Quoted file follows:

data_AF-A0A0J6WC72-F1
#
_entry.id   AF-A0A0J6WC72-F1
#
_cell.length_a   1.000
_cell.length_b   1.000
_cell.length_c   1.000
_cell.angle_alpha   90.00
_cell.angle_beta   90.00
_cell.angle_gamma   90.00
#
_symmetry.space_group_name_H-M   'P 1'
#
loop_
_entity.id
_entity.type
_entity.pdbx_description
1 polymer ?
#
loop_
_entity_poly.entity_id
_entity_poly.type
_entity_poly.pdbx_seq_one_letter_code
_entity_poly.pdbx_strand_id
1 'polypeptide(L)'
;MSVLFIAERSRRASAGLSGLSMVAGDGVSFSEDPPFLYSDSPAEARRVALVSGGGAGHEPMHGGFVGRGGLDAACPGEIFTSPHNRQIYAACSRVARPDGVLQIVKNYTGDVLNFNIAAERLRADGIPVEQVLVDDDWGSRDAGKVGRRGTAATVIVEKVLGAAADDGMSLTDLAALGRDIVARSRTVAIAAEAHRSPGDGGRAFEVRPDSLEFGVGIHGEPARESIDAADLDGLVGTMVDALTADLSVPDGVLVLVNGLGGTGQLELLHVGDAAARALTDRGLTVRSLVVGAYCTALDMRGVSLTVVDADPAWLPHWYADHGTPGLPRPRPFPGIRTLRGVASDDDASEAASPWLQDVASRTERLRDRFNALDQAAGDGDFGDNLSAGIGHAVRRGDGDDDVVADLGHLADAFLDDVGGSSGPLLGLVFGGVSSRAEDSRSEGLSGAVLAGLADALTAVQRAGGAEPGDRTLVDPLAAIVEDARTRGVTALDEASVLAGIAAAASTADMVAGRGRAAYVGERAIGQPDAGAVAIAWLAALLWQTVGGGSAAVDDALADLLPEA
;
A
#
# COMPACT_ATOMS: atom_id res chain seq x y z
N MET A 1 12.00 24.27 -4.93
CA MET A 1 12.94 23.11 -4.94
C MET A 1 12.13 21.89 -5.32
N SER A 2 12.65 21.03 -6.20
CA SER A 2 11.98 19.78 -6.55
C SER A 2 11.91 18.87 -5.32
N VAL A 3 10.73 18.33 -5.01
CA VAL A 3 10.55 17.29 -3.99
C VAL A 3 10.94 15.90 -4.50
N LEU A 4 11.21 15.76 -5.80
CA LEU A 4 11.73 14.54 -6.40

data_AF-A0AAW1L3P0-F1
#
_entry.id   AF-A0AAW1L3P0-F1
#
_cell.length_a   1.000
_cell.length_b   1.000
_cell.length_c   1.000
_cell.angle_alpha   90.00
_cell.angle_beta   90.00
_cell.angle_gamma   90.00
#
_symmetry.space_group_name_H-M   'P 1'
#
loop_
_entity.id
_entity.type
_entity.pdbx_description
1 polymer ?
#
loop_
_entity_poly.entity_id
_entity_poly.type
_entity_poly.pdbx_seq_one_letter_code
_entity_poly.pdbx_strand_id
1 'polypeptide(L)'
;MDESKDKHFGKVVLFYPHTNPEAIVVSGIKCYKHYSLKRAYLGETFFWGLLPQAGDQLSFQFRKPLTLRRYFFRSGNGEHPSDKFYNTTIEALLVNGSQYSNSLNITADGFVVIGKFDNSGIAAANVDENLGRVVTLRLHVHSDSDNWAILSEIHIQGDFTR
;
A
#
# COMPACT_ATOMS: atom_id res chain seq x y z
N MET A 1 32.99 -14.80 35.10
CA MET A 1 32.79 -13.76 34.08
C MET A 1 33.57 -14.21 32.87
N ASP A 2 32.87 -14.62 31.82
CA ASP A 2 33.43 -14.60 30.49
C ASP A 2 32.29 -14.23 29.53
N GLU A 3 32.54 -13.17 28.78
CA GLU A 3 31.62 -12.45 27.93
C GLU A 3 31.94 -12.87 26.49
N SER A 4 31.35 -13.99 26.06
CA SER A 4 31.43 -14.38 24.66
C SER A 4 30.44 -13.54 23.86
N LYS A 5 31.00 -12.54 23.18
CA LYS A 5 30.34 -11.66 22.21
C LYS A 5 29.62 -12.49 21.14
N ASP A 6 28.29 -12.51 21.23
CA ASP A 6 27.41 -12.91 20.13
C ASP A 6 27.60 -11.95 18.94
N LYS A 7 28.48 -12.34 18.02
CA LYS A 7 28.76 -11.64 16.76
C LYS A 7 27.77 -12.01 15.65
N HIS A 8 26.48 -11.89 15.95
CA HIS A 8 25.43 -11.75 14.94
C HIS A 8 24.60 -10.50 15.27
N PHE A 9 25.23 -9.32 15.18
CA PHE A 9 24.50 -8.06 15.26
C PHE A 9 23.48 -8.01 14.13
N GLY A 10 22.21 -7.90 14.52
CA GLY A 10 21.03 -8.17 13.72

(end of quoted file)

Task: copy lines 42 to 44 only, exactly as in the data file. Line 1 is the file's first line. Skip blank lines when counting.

data_AF-A0AAW1L3P0-F1
#
_entry.id   AF-A0AAW1L3P0-F1